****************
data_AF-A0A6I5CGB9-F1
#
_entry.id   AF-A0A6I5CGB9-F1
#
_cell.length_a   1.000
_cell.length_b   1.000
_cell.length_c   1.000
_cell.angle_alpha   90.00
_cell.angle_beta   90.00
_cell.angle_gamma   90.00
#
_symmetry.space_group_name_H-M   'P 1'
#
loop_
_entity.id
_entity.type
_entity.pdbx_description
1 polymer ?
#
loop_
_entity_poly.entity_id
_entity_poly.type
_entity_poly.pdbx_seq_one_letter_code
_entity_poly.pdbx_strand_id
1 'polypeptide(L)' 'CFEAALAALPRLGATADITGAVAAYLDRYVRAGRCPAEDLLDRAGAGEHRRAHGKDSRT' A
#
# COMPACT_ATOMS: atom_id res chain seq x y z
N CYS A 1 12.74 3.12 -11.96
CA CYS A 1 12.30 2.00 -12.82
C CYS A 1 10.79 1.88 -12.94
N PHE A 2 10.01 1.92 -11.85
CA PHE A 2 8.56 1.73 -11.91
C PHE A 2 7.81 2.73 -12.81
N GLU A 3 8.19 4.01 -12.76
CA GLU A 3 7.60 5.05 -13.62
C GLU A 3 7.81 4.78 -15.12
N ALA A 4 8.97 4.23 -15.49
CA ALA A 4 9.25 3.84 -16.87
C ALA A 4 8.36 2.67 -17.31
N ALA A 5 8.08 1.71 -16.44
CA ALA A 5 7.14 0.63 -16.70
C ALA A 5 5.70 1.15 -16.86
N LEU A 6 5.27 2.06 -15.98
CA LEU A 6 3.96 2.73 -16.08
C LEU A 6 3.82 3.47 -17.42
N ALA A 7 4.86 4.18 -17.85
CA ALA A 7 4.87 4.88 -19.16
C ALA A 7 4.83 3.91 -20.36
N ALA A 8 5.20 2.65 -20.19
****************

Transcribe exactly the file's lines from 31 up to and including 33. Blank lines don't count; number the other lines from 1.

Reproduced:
N PHE A 2 10.01 1.92 -11.85
CA PHE A 2 8.56 1.73 -11.91
C PHE A 2 7.81 2.73 -12.81